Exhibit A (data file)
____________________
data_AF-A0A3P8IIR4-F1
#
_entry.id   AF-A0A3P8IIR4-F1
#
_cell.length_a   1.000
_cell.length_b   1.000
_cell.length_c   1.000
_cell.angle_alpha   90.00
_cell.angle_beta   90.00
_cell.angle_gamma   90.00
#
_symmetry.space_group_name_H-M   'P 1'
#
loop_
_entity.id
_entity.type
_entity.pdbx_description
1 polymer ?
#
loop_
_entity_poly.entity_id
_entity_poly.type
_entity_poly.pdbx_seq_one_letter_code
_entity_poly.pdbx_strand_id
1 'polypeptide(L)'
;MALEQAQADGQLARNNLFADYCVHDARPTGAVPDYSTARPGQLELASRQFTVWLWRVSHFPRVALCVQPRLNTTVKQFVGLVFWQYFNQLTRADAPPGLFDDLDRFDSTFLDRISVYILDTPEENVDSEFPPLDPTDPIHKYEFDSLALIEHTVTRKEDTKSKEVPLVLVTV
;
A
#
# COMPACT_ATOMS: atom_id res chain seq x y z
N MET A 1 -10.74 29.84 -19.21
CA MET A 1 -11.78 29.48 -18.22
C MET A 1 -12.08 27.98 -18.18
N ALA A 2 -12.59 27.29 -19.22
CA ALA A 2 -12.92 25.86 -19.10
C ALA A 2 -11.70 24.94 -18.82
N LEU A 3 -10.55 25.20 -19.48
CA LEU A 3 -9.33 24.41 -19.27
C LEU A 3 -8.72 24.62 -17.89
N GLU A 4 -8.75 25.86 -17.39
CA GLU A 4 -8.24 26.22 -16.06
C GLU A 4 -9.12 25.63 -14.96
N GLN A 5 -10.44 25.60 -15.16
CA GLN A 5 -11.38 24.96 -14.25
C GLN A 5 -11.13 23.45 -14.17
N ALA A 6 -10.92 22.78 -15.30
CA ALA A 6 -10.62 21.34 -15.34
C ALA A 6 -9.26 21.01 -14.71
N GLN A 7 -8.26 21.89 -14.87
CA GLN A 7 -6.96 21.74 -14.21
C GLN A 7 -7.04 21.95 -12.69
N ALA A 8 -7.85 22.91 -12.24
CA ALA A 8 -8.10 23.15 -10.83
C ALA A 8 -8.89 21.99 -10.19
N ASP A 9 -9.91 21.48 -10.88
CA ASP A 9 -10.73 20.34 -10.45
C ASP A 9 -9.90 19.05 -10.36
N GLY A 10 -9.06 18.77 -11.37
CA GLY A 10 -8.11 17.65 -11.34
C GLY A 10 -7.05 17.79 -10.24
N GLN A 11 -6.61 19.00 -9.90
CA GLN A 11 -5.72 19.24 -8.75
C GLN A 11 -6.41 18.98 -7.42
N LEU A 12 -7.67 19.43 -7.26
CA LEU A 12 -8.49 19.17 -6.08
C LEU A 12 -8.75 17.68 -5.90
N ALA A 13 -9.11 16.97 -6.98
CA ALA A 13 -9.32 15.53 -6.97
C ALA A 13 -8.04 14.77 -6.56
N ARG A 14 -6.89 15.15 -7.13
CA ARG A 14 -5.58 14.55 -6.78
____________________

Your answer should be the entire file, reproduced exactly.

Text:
data_AF-A0A3P8IIR4-F1
#
_entry.id   AF-A0A3P8IIR4-F1
#
_cell.length_a   1.000
_cell.length_b   1.000
_cell.length_c   1.000
_cell.angle_alpha   90.00
_cell.angle_beta   90.00
_cell.angle_gamma   90.00
#
_symmetry.space_group_name_H-M   'P 1'
#
loop_
_entity.id
_entity.type
_entity.pdbx_description
1 polymer ?
#
loop_
_entity_poly.entity_id
_entity_poly.type
_entity_poly.pdbx_seq_one_letter_code
_entity_poly.pdbx_strand_id
1 'polypeptide(L)'
;MALEQAQADGQLARNNLFADYCVHDARPTGAVPDYSTARPGQLELASRQFTVWLWRVSHFPRVALCVQPRLNTTVKQFVGLVFWQYFNQLTRADAPPGLFDDLDRFDSTFLDRISVYILDTPEENVDSEFPPLDPTDPIHKYEFDSLALIEHTVTRKEDTKSKEVPLVLVTV
;
A
#
# COMPACT_ATOMS: atom_id res chain seq x y z
N MET A 1 -10.74 29.84 -19.21
CA MET A 1 -11.78 29.48 -18.22
C MET A 1 -12.08 27.98 -18.18
N ALA A 2 -12.59 27.29 -19.22
CA ALA A 2 -12.92 25.86 -19.10
C ALA A 2 -11.70 24.94 -18.82
N LEU A 3 -10.55 25.20 -19.48
CA LEU A 3 -9.33 24.41 -19.27
C LEU A 3 -8.72 24.62 -17.89
N GLU A 4 -8.75 25.86 -17.39
CA GLU A 4 -8.24 26.22 -16.06
C GLU A 4 -9.12 25.63 -14.96
N GLN A 5 -10.44 25.60 -15.16
CA GLN A 5 -11.38 24.96 -14.25
C GLN A 5 -11.13 23.45 -14.17
N ALA A 6 -10.92 22.78 -15.30
CA ALA A 6 -10.62 21.34 -15.34
C ALA A 6 -9.26 21.01 -14.71
N GLN A 7 -8.26 21.89 -14.87
CA GLN A 7 -6.96 21.74 -14.21
C GLN A 7 -7.04 21.95 -12.69
N ALA A 8 -7.85 22.91 -12.24
CA ALA A 8 -8.10 23.15 -10.83
C ALA A 8 -8.89 21.99 -10.19
N ASP A 9 -9.91 21.48 -10.88
CA ASP A 9 -10.73 20.34 -10.45
C ASP A 9 -9.90 19.05 -10.36
N GLY A 10 -9.06 18.77 -11.37
CA GLY A 10 -8.11 17.65 -11.34
C GLY A 10 -7.05 17.79 -10.24
N GLN A 11 -6.61 19.00 -9.90
CA GLN A 11 -5.72 19.24 -8.75
C GLN A 11 -6.41 18.98 -7.42
N LEU A 12 -7.67 19.43 -7.26
CA LEU A 12 -8.49 19.17 -6.08
C LEU A 12 -8.75 17.68 -5.90
N ALA A 13 -9.11 16.97 -6.98
CA ALA A 13 -9.32 15.53 -6.97
C ALA A 13 -8.04 14.77 -6.56
N ARG A 14 -6.89 15.15 -7.13
CA ARG A 14 -5.58 14.55 -6.78